2. Go is, I think, just the language the glue code is written in; not the language your own things-deployed-using-Docker must be written in.

3. It might support other Linux distros (Fedora, probably), but it won't support other OSes as hosts--because the whole point is to run things that need a POSIX-alike as their "outer runtime" (i.e. not Windows programs, etc.) The way to run these containers on another host will be to run Linux in a VM on that host, and run the containers in the VM--just like the way to play a Super Nintendo game "container" on your computer is to run them in a Super Nintendo VM. [Actually, come to think of it, game ROMs are a great analogy for precompiled SquashFS containers. I would adopt it if I were them :)]


The trick here is that their xmame (Docker) may not be the same build on all hosts, so it may not play the ROMs all in the same way or support all ROMs. A standard works to improve interoperability between different builds/hosts/etc as well as provide an expected set of operations and their results. If all they provide is just one version of one product and call that standardized, that's like releasing a new version of Internet Explorer and calling it a web standard.


Well, this is a good first step in the "free market" standardization process, though: get a public implementation out of what you would imagine standard-conformance to look like. Then, let the other guys (e.g. Heroku) get out their competing implementations. Then, find the similarities, resolve the differences, and write it down. Now you've got a standard.


In practice that does not work. Things get broken, people end up having to support 20 edge cases to use this "universal", "standardized" thing. Depends on the implementation, though.


"HTML 1.0" was the particular standard I had in mind. I guess I'm too used to coding multiplatform Javascript, but "end[ing] up having to support 20 edge cases to use this 'universal', 'standardized' thing" sounds like success in my books--in that you now have a (painfully) interoperating ecosystem, where before you had none. And it all gradually gets smoothed out as the spec evolves over the years, until you can't really tell the difference from a BDUF spec.


The best standards come from ratifying practice, not dictat.


Correct. Docker is the direct result of dotCloud's experience running hundreds of thousands of containers in production over the last 2 years. We tried very hard to put it in a form factor which makes it useful beyond the traditional PaaS.

We think Docker's API is a fundamental building block for running any process on the server.


What about virtsandbox from fedora? how does this project overlap with that? can this handle certain situations better?


So why not use VM images? Why not a VMware vagrant box, for example?


This might work if you only have to run three or four VMs on a box, and run several applications in each container. Full PC virtual machines are much too heavyweight, though, for isolating thousands of individual processes per box, especially when most of them might just sit there doing nothing most of the time.

Though! If you want to, you can think of this standard as specifying an "ABI format" for high-level, lightweight VMs that happens to run on a "Linux machine" instead of, say, an "IA32 machine."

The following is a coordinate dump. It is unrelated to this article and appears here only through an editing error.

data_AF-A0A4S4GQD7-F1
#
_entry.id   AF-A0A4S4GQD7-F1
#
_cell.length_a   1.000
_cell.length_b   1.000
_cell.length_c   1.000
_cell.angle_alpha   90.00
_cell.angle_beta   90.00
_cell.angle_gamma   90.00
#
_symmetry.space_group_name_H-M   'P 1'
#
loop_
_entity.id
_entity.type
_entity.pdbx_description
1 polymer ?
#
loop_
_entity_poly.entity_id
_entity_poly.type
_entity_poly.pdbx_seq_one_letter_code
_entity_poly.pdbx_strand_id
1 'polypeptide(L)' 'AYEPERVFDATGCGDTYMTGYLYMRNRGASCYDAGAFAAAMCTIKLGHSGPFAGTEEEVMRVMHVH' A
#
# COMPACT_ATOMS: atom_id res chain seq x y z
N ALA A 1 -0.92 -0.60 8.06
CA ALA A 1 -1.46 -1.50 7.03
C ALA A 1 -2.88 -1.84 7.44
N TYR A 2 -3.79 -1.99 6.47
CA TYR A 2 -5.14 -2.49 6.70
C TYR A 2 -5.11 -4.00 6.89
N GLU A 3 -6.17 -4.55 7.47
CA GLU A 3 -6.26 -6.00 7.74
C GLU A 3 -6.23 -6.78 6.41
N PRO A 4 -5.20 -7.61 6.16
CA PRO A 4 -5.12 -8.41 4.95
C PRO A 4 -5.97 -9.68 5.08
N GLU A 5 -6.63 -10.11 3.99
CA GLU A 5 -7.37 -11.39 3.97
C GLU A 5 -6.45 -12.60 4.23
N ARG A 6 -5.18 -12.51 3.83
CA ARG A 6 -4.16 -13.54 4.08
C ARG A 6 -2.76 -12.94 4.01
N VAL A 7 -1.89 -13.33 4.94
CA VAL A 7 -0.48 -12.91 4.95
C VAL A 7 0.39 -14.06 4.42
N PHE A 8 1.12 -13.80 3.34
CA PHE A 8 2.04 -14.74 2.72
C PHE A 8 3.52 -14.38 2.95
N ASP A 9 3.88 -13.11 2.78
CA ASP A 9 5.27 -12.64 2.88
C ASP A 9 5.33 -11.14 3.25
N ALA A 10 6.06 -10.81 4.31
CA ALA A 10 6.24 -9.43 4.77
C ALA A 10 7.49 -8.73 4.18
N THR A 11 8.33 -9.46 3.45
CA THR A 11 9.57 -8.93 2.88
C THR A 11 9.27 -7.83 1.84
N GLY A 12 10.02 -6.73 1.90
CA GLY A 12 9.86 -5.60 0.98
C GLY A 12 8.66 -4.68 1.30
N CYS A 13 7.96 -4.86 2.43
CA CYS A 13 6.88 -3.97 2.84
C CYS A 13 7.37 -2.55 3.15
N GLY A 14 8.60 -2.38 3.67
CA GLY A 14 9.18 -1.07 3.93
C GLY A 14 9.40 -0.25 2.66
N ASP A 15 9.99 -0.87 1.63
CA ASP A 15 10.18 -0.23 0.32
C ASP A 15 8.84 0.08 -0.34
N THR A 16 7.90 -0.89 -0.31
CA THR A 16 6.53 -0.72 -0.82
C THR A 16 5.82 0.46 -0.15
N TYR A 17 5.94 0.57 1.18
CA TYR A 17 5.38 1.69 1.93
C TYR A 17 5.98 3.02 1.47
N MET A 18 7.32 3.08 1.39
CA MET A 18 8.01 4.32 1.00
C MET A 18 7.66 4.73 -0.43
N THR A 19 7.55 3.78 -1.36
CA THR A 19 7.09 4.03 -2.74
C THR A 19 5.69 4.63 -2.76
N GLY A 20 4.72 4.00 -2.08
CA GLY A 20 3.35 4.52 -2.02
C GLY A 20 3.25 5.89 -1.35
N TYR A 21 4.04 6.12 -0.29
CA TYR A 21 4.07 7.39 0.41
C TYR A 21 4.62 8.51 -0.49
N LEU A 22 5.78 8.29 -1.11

One major benefit over VM images is Linux Containers have very fast spin-up time. This can be especially useful for PaaS providers and CI servers.


If your images use kvm+qcow2 you can just spin up new vms as a delta image using qcow2's support for a backing store.

I want a new instance of WEBSERVER.qcow2?

    qemu-img create -b WEBSERVER.qcow2 -t qcow2 WEBSERVER-$SERIALNUMBER.qcow2 
If you're doing this as a PaaS or for CI, you do this as part of your new image creation and then pass in the new qcow2 to your vm (maybe via libvirt). If you aren't doing this or something very similar, you're spinning your wheels and wasting time/resources.


Other benefits: docker images are basically tarballs, which means they are much smaller.

And, importantly, Docker maintains a filesystem-level diff between versions of an image, and only needs to transmit each diff once. So you get tremendous bandwidth savings when transmitting multiple images created from the same base.


Not to be a stick in the mud, but you're using a copyrighted image as your logo without any attribution or acknowledgement of the original owner of the copyright (the Lego Group). You should probably fix that.


You're right! We put it up there when it was an internal project, it's probably time to take care of that. Taking it down until we found a correct way to do it.

I'm a copyright noob: would simply acknowledging the copyright owner be enough and fall under fair use, or should we not use it unless we get written permission?


I am not a copyright expert, however I am familiar with the Lego Group (the company that produces Lego toys) ... the set is pretty old (1986), which means they're not worried about making money off it. If you just stick a disclaimer after it that it's copyright 1986 the Lego Group, that's probably fine, especially since this looks to be an open source project, so you're not going to be charging people for something with their picture on it.

This page has what is very likely the original image: http://www.peeron.com/scans/7823-1/ Peeron.com has special permission directly from Lego to display the images, so if you wanted to be extra careful you could email dan@peeron.com and ask for permission to deep link to their picture (they'd probably say yes, the admin is a linux geek too). But honestly, a simple copyright disclaimer is probably fine. Lego won't reach out and swat you even if they do decide they don't like it, they'll just ask you to take it down.